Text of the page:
A new, £22m state-of-the-art bioscience facility offering research, education and collaboration for the bioscience industry, led and operated by Teesside University, looks set to play a pivotal role in addressing the challenges of the bioscience industry.
Made possible by financial support from the Tees Valley Combined Authority (TVCA) and the European Regional Development Fund, the National Horizons Centre (NHC) is an exciting new initiative designed to provide the full range of skills for the biosciences and foster breakthrough ideas through collaborative research and innovation. It reflects a strong bond between academia, the public sector and private enterprise in terms of the bioscience industry.
The project operated under a single stage design and build procurement route and was administered under a JCT2016 contract with a brief to provide a ‘stunning, iconic facility of national importance’, which would support world-class research, achieve a BREEAM ‘Excellent’ rating without additional cost, require minimal maintenance and be achieved within budget and on time.
According to Ian Campbell, director of Summers-Inman – the construction and property consultancy responsible for delivering full quantity surveying services from conception to completion – the project presented quite a few challenges. He says:
“The construction of this building required extensive land remediation. We recommended de-risking the site through the procurement of an advanced enabling works contract to remove two historic spoil heaps and areas of invasive plant species and significant work was undertaken to optimise the finished levels and to agree segregation of materials to limit tipping charges.
“The site was also constrained – immediately to the west is the East Coast Main Line, while to the north was a fully-operational day nursery and running north to south through the centre was a public footpath, a main pedestrian route, which had to remain open throughout – so construction had to be carefully phased.”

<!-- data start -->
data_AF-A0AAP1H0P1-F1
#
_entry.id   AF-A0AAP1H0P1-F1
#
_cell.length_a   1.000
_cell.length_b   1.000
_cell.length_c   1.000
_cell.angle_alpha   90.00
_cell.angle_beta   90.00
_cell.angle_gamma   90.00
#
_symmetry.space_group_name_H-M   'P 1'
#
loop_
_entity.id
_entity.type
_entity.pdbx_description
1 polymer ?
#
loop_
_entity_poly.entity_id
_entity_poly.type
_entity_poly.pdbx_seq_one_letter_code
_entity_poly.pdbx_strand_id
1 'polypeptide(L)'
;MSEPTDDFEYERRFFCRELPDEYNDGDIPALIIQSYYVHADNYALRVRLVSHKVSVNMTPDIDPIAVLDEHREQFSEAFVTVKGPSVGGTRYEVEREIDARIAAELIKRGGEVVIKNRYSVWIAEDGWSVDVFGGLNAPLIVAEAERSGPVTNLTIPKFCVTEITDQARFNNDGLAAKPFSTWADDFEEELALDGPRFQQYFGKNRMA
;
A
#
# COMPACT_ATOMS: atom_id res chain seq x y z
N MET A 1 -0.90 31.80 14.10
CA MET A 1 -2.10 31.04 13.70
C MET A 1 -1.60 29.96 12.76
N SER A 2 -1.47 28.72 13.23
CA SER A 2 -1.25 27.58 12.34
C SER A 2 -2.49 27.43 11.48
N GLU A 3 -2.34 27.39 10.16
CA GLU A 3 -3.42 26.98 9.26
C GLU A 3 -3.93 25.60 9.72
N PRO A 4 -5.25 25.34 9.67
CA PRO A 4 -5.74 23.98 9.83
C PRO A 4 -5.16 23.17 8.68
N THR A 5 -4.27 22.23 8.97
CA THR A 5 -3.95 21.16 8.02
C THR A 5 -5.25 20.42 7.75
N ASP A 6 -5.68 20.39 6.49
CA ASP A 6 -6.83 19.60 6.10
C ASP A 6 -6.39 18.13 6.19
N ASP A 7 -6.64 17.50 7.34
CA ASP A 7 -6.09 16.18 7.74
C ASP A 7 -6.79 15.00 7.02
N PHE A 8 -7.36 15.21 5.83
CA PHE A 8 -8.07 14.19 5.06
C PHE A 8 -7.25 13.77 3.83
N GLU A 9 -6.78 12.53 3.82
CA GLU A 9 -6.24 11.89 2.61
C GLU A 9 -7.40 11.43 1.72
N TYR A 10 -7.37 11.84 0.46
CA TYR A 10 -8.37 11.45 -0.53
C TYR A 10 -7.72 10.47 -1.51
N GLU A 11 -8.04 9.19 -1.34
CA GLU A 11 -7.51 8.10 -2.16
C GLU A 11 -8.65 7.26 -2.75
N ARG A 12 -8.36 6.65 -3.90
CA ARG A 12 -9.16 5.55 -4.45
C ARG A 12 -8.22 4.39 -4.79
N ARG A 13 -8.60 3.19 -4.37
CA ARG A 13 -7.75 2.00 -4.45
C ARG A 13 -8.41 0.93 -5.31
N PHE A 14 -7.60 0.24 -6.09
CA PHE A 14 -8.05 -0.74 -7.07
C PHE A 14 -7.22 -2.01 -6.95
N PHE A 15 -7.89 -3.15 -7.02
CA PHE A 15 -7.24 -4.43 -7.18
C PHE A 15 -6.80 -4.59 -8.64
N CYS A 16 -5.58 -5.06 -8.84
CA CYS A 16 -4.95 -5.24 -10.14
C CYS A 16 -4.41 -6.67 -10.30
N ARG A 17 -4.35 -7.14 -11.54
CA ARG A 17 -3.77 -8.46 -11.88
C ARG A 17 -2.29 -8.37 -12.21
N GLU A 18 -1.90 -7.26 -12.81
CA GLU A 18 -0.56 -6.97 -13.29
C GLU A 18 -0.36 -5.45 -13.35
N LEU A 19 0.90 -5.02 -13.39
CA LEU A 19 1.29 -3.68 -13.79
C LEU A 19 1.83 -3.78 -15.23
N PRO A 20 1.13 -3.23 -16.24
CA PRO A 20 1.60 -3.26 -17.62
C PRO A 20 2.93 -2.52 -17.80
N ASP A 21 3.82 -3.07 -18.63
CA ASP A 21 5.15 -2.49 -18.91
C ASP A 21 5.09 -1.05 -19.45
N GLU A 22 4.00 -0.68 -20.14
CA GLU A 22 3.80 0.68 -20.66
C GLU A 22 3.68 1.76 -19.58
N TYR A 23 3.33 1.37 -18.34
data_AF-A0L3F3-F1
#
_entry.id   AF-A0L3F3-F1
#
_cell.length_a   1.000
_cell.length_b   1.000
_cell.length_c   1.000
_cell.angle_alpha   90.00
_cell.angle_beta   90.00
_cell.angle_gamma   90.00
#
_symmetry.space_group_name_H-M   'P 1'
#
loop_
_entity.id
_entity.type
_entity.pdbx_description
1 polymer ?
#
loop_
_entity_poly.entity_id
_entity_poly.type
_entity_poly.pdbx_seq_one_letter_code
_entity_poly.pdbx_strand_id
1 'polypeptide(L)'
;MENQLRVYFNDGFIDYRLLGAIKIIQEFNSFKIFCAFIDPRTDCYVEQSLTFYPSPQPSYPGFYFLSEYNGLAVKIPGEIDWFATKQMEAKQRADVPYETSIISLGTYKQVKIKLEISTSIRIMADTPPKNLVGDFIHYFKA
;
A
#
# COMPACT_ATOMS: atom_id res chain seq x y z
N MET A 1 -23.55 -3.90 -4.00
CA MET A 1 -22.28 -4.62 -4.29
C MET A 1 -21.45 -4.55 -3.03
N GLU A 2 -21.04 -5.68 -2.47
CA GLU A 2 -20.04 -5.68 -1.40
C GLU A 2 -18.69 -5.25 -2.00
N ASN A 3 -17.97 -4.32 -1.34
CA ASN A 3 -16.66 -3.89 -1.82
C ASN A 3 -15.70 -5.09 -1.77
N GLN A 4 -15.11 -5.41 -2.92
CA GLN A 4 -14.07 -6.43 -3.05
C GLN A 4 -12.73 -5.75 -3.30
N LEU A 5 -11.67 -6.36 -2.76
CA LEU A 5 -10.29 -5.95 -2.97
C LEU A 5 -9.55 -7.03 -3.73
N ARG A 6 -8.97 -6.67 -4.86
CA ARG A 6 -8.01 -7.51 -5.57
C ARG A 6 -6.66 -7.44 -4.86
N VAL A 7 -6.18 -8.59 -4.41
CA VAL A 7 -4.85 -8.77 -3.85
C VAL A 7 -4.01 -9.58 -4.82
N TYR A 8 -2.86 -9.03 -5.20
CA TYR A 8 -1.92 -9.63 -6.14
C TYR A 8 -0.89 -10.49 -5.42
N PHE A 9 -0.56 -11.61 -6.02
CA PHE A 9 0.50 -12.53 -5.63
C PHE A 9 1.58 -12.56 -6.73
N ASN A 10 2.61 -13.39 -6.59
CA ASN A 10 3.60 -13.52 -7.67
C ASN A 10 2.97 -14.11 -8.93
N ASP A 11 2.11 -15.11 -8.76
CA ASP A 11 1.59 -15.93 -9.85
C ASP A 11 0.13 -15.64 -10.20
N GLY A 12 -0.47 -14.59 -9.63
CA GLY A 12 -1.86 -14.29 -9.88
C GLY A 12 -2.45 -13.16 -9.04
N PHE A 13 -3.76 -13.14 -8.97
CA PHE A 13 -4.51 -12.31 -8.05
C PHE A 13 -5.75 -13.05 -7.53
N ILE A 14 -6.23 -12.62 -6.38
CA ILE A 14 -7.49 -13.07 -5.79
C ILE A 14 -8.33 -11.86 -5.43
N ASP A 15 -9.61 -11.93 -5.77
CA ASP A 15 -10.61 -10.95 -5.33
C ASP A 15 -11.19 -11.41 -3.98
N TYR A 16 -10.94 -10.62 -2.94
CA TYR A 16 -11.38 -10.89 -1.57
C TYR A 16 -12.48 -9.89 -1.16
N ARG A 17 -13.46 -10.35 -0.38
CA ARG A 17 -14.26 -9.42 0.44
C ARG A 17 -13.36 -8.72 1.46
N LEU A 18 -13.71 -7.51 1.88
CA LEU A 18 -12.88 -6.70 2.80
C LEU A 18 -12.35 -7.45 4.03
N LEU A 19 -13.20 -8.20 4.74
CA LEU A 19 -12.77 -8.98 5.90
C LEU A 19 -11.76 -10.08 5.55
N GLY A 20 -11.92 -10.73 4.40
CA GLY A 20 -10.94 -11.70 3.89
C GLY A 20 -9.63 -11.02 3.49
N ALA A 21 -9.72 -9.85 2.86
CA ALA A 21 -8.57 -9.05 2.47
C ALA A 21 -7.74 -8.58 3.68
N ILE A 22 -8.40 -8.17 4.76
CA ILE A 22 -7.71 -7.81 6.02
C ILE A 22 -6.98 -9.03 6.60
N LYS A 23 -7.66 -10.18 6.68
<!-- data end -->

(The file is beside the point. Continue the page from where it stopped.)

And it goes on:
Mark Adey, Director, The Fairhursts Design Group, commented: “It was the aim of both the client and the design team to reduce design impact through the purposeful reduction of energy, waste, and water usage as well as introducing biodiversity.
“Externally, the design approach features multiple frontages to influence the aesthetic of the external envelope, while internally, the full height atrium is key to connecting each of the three floors and creating a sense of one team and one facility. It allows natural light in, but more importantly, it provides visual links between rooms and floors which removes the sense of disconnection so often experienced in science facilities.”
Ian Campbell continues: “With sustainability a key focus of the client brief, the scheme was required to achieve a BREEAM Excellent rating as part of the funding requirements. This included targeting of credits for installation of low and zero carbon technologies in the form of photovoltaic panels and ensuring that sustainability was embedded into the design from day one, rather than being an afterthought.
“The success of the project is probably best demonstrated by the satisfaction of our client, Teesside University, because it was delivered on time, within budget and to a high quality.”
Mr Adey commented: “We have achieved the brief by delivering a building which punches way above its weight. The central atrium, the heart of the building, is acoustically designed to host informal student workshops, formal presentations for larger audiences or some quiet time with a coffee.”
Ben Houchen, Tees Valley Mayor, said of the project: “It is a beacon of all we are good at here in the Tees Valley. The new economy will be built on biologics and digital – key sectors we need to support.”
Chris Robinson, Assistant Director Major Projects at Teesside University, added: “We now have a world-class resource for training and research here on Teesside. The centre’s imaginative design includes an exciting blend of teaching, learning and collaboration spaces, together with hi-tech laboratories and a state-of-the-art computing suite. Open innovation spaces provide businesses with a raft of innovation and collaboration opportunities including tools for project development and using data analytics, modelling and simulation, visualisation and process improvement and control.”